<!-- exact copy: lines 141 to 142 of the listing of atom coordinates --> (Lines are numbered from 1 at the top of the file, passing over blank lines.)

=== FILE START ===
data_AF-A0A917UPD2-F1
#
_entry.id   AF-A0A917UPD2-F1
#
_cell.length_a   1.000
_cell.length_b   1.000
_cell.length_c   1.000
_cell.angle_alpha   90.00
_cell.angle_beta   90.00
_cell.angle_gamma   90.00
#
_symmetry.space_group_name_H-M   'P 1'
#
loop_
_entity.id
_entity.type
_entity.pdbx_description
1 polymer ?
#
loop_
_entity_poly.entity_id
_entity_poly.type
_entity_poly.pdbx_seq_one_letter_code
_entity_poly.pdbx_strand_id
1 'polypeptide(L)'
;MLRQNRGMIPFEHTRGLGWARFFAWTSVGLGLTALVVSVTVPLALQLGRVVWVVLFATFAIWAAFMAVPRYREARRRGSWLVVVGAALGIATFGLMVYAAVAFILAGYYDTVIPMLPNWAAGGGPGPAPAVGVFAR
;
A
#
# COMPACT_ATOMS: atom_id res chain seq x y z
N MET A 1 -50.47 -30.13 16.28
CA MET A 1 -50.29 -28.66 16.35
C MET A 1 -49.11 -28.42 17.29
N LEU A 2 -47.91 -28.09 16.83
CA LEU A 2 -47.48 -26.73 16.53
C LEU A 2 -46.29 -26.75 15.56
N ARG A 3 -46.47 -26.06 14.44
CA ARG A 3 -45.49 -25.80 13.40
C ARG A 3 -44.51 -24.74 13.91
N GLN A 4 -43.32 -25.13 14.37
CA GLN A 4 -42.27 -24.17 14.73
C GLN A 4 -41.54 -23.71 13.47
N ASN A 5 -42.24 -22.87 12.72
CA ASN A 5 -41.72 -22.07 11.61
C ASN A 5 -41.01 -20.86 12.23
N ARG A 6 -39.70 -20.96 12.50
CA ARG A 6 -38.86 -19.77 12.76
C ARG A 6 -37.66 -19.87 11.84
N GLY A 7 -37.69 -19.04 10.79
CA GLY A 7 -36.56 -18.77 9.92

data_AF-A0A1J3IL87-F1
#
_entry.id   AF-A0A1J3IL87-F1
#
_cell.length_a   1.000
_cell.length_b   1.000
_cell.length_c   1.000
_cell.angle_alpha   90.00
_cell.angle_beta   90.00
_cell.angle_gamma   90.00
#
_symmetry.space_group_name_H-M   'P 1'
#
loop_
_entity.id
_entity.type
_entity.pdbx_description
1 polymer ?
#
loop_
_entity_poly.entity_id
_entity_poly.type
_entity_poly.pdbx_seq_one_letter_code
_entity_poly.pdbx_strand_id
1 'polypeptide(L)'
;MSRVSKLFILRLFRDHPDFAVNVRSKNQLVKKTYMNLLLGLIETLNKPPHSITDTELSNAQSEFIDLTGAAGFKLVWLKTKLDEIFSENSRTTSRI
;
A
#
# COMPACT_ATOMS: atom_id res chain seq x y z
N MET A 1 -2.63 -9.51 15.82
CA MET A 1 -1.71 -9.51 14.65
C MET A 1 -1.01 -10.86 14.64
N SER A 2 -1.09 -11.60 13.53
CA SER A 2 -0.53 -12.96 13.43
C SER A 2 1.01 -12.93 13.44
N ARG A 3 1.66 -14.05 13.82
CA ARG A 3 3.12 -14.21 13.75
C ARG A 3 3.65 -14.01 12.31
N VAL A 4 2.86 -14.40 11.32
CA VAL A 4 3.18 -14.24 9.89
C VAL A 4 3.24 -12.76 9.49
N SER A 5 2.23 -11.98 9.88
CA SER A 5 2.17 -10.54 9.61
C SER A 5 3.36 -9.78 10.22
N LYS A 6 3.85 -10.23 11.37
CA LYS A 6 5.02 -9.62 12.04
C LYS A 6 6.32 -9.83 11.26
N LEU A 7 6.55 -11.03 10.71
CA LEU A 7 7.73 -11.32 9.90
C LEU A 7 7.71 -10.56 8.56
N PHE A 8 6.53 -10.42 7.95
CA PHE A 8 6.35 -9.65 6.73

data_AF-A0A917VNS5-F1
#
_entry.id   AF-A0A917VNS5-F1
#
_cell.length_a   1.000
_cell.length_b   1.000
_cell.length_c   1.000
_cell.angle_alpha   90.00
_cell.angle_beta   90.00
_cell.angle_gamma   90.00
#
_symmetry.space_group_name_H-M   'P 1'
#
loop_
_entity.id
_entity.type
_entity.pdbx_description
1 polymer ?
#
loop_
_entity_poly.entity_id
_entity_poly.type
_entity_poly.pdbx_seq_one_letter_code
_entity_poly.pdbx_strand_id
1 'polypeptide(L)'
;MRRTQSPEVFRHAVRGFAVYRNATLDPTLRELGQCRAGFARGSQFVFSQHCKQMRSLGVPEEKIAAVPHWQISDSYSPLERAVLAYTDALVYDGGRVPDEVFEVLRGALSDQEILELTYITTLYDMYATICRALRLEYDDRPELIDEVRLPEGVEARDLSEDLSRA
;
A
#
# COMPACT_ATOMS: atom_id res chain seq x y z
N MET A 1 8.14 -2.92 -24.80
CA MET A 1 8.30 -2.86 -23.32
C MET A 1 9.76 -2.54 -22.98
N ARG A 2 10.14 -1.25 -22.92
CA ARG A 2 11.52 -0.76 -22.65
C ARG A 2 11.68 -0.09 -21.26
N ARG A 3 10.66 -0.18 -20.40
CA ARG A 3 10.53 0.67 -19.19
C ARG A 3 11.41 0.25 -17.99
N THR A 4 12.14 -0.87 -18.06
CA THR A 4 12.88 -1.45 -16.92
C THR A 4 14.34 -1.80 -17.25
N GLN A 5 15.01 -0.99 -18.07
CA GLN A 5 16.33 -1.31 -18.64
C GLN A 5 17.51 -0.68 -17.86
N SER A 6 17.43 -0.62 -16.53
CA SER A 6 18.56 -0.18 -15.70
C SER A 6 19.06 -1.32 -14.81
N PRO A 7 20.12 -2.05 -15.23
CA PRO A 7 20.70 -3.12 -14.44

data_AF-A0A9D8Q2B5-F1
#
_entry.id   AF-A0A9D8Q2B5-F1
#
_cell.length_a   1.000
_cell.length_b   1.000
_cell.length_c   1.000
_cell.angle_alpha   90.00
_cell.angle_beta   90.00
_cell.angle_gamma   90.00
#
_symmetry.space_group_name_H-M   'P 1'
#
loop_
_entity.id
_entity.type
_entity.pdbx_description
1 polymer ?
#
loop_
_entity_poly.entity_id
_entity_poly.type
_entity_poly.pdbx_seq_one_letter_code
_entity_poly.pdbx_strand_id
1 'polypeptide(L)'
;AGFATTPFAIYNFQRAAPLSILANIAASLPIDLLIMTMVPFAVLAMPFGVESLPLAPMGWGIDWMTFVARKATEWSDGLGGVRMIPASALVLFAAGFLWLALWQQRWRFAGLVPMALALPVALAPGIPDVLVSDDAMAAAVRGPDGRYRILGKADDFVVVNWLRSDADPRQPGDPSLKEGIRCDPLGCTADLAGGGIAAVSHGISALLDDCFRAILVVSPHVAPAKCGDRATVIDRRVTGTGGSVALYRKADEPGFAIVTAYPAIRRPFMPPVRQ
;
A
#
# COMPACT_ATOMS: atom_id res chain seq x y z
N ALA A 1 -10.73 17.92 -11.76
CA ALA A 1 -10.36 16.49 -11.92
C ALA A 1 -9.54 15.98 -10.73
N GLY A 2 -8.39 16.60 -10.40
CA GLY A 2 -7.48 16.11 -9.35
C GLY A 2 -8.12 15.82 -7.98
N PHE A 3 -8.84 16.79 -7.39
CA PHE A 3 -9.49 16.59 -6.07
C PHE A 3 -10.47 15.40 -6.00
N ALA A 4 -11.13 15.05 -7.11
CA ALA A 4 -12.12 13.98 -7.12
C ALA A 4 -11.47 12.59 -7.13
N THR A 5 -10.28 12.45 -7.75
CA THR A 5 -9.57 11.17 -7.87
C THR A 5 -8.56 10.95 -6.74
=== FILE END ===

CA ARG A 3 10.53 0.67 -19.19
C ARG A 3 11.41 0.25 -17.99